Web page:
Welcome to my movie blog, containing reviews and articles. I've been writing since 2004 - with a short break during 2009.

WARNING: below I will be defending films I haven't seen.

Movie criticism isn't necessarily about criticising things. Films should be judged on two levels - how Good they are, in a Fritz Lang sense, and how Enjoyable, in a Michael Bay sense. This involves taking into account the films target audience, and not being so keen to criticise that you forget it.

It is with that opener I introduce you to Cosmo Landesman, the stingiest critic ever to grace the pages of Culture, and the ONLY person in the known universe who has given I'm Not There anything under five stars.

CL, as he signs himself in the Sunday Times, has been getting on my nerves for well over a year now. He first caught my attention by giving every big new film a bad review. He's the polar opposite of the Hollywood "quote whores" - being overly critical to get noticed.

Now, it could be just because they are all bad. How should I know? I've seen hardly any of them? But when every film reviewed in a full page spread gets bad press, then you've got to be suspicious - especially with Empire and Total Film whispering the opposite in my ear.

Todays Sunday Times offered me the following gems for your entertainment:
  • "Devoid of any visual inspiration of its own, it draws on the cartoon gothicness of the school's creator, Ronald Searle" - CL complains that St Trinians is too faithful to the original for no good reason.
  • "This is the sixth, and hopefully the last, film in the St Trinian's series...may it rest in peace" - can we trust a review by someone who hated the concept in the first place?
  • "there's no narrative you can hold onto; like its subject, this film doesn't have a center", "escapes any meaningful definition" - CL completely misses the point of I'm Not There. The patchwork approach is an attempt to avoid Walk the Line style bio-dullness. I haven't seen this film I'm defending, but Empire has seen it and that's good enough for me. And all of CL's complaints can apply so well to Todd Haynes' earlier Velvet Goldmine that it's like I have seen it.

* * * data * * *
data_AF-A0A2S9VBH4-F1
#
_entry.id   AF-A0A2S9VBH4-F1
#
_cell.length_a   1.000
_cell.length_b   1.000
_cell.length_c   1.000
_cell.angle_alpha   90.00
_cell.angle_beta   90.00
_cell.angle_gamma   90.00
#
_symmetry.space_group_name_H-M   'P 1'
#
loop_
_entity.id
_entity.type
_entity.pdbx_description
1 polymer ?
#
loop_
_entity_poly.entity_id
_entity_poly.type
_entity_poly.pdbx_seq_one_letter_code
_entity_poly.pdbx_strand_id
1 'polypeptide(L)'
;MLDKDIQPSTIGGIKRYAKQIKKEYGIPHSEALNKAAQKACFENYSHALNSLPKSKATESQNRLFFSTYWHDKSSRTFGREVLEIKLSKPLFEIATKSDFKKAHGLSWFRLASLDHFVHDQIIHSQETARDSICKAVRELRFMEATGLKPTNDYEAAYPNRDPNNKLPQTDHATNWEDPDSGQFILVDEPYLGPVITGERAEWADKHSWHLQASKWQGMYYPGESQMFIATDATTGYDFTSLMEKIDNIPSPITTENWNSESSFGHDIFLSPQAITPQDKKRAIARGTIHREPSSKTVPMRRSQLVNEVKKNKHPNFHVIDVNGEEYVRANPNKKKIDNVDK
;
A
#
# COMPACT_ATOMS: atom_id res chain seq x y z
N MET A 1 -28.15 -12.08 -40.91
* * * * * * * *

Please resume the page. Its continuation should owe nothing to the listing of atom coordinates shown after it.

• "fantastically boring" - CL disagrees with absolutely everyone.
  • "silly and and undistinguishable" - CL on I am Legend, a film he gives 3 stars.
  • "two stars" - CL on The Kite Runner, that best-foreign-language give-the-kids-Oscars frontrunner you might have heard of. He complains the guilt -> redemption plot is too much of an "American message", and then complains that the adult Amir is getting on with his life like a real person would instead of moping in a strings-and-hankies American style.
  • "This film is neigher a hard-hitting saga abiyt the realities of Afghan life, nor a warm uplifting tale of friendship" - this comment, again on The Kite Runner, offends me deeply. You dislike this film because it doesn't fall into these two particular boxes you wanted it in? Well, if it can't be labelled then it must be bad.
  • "Foster takes us into another world - and it ends up looking just like our own" - clever last line, but I don't see that's a problem at all. Why shouldn't people from Afghanistan react to bad things exactly the same way we do? No, don't answer that.
Reading this back, it looks like I'm overreacting horribly; picking up on out-of-context phrases to damn an innocent reviewer, whose only crime is to disagree with the status quo. Well I don't object to that in principle, I just don't believe him any more. I wish I could find an archive of his reviews...unfortunately, the Sunday Times seem to have different people reviewing online. Perhaps they're as annoyed as I am...


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